Cracking the Confidence Gap – where confidence wears more than one skirt.

_GEB0086by Catherine Ebneter

Last Wednesday We Shape Tech hosted a work-shop style event aimed at cracking the Confidence Gap. Over 50 participants joined together to tackle the challenging topic, exchange life hacks and learn new strategies to boost their self-confidence.

The event kicked off with a delicious welcome apéro hosted by Ginetta and a brief introduction of what the Confidence Gap is by Janine Fuchs and Marike Carstens of the WST team. Ginetta researcher, Simone Reichlin, dug deeper into the topic by explaining attachment theory – how self-confidence develops in childhood. As children mature, data reveals that a gap in confidence between boys and girls becomes evident, one that often carries on into adulthood.

According to research presented in The Confidence Code, “men overestimate their abilities and performance, and women underestimate both, [but] their performances do not differ in quality.” A lack of self-confidence is often why women do not speak up in meetings, feel unworthy of positions they are qualified for and overestimate risks while underestimating rewards. Read more about the Confidence Gap between men and women here.

_GEB0176In preparation for the work-shop part of the event, participants were asked to complete the Nice Girls Self-Assessment found in the best-selling book Nice Girls Don’t Get the Corner Office, by executive coach, Lois P. Frankel. The assessment identifies seven areas where low self-confidence can affect how we behave in our professional lives, for example, how we play the game, how we act and how we think. Participants joined one of the discussion groups based on their self-assessment.

_GEB0164Each group was given the task of identifying how low-self esteem can shape one’s behavior at work – how does low-self esteem affect the way we think? Conversations were buzzing with personal examples of dilemmas group members had faced. One participant, for instance, shared that customers often challenge her expertise, and she fears that when she responds assertively she appears rude.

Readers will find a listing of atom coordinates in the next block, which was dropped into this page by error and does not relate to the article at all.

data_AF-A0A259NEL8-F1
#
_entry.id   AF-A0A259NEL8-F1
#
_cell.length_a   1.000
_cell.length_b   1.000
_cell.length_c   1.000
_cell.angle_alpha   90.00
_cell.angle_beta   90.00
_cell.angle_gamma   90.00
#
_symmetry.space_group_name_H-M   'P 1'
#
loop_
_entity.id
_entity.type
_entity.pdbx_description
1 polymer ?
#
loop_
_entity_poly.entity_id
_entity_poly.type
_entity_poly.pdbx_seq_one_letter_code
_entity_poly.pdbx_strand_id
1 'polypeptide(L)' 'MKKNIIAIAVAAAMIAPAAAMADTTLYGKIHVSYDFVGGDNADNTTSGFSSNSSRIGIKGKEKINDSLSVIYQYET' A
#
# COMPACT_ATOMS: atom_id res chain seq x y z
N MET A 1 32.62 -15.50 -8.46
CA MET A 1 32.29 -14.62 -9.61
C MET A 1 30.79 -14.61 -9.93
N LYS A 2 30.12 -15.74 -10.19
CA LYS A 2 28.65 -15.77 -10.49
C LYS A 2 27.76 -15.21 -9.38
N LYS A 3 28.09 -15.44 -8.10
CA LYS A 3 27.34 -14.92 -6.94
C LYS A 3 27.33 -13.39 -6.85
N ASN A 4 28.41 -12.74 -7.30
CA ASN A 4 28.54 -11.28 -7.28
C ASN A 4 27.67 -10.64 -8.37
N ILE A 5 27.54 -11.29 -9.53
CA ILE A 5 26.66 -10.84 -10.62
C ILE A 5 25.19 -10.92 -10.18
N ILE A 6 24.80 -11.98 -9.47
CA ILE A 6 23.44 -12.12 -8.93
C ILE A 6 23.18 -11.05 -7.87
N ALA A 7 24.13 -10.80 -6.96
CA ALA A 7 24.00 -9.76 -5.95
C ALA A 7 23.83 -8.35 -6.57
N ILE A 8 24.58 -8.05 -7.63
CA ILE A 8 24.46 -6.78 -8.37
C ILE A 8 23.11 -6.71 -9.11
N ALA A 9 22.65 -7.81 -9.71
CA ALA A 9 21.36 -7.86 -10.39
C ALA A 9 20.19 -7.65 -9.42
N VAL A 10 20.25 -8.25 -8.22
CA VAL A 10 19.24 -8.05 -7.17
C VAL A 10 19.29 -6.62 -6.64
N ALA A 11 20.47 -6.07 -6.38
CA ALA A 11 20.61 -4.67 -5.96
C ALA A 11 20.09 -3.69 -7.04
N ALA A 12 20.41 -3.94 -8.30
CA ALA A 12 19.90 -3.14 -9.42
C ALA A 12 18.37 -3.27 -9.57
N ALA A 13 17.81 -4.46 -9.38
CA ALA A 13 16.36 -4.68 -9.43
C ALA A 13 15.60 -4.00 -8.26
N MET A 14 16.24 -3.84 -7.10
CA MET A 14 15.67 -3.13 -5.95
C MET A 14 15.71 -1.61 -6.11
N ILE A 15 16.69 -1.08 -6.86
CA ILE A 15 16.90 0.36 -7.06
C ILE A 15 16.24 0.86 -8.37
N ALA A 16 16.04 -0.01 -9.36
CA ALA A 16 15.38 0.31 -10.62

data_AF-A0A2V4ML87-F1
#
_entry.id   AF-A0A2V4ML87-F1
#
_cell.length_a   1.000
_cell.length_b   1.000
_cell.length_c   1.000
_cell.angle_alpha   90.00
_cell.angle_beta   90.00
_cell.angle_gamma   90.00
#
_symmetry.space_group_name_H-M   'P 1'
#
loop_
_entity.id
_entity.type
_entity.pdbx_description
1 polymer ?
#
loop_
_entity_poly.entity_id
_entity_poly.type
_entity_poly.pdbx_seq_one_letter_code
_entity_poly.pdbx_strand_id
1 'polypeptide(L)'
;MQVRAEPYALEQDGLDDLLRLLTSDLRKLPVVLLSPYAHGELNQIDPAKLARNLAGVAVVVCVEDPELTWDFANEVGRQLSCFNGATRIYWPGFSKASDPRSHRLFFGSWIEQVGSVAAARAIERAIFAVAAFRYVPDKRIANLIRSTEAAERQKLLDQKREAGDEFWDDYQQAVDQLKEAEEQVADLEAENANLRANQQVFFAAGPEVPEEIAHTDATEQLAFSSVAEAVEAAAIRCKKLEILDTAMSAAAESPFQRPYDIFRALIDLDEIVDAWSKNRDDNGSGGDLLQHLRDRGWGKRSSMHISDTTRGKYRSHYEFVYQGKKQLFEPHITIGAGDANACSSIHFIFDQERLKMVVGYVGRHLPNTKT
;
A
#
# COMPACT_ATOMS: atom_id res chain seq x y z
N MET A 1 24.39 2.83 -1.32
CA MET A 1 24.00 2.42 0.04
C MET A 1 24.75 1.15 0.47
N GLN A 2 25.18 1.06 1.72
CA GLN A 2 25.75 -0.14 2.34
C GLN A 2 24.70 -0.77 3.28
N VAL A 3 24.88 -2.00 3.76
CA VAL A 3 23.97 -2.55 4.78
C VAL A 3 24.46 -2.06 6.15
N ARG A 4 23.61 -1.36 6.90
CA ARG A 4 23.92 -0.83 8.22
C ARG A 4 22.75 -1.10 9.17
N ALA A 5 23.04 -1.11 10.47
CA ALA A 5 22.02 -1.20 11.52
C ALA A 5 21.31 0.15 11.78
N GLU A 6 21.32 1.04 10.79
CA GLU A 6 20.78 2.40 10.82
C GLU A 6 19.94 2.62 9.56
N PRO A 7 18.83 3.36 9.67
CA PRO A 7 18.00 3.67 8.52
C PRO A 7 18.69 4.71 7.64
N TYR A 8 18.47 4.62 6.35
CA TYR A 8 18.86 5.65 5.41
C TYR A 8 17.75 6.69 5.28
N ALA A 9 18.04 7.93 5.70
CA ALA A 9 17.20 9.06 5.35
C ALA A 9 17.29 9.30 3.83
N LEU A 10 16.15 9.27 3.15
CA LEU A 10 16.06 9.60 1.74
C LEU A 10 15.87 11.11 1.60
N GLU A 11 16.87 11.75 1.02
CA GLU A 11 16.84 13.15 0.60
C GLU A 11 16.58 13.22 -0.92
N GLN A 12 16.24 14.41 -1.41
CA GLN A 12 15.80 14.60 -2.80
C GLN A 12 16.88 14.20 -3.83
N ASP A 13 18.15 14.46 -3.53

_GEB0149Groups were then asked to brainstorm life hacks to help overcome these types of obstacles. As the workshop ended, a spokesperson from each group took the floor to share their group’s findings and the life hacks they had assembled.

 

How You Brand Yourself

  • If you are looking for a job make a video of yourself as it will distinguish you from other candidates
  • Be proud of who you are and do not be afraid to take credit for your work

How You Play the Game

  • Discover the unwritten rules of the company by talking to as many co-workers as possible
  • Remember you are not a victim of the game, you are an equal player

How You Think

  • Do not be afraid to communicate your misgivings about a project or a deadline to your boss
  • Trust your gut and expertise

How You Respond

  • Place yourself purposely in situations that stretch your boundaries to practice meaningful responses
  • If you think of something you should have communicated, follow-up with an email

How You Sound

  • Take pauses while speaking to allow others time to reflect
  • Think of conversations as mini-speeches to help structure your communication

How You Act

  • Practice Power Posing
  • Block the perception that people are rating you

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WST was also fortunate to receive personal life hacks via skype from role models who have strived to overcome the Confidence Gap! Please take a moment to appreciate their messages.

Undoubtedly, the battle of boosting self-confidence is shared by many, but possible to overcome especially when we join together. Stay posted for our next activities and Save the Date on October 18 for our Master21 & WST Codeweek Event at EWZ Selnau. Looking forward to seeing you there!

 

 

 

 

 

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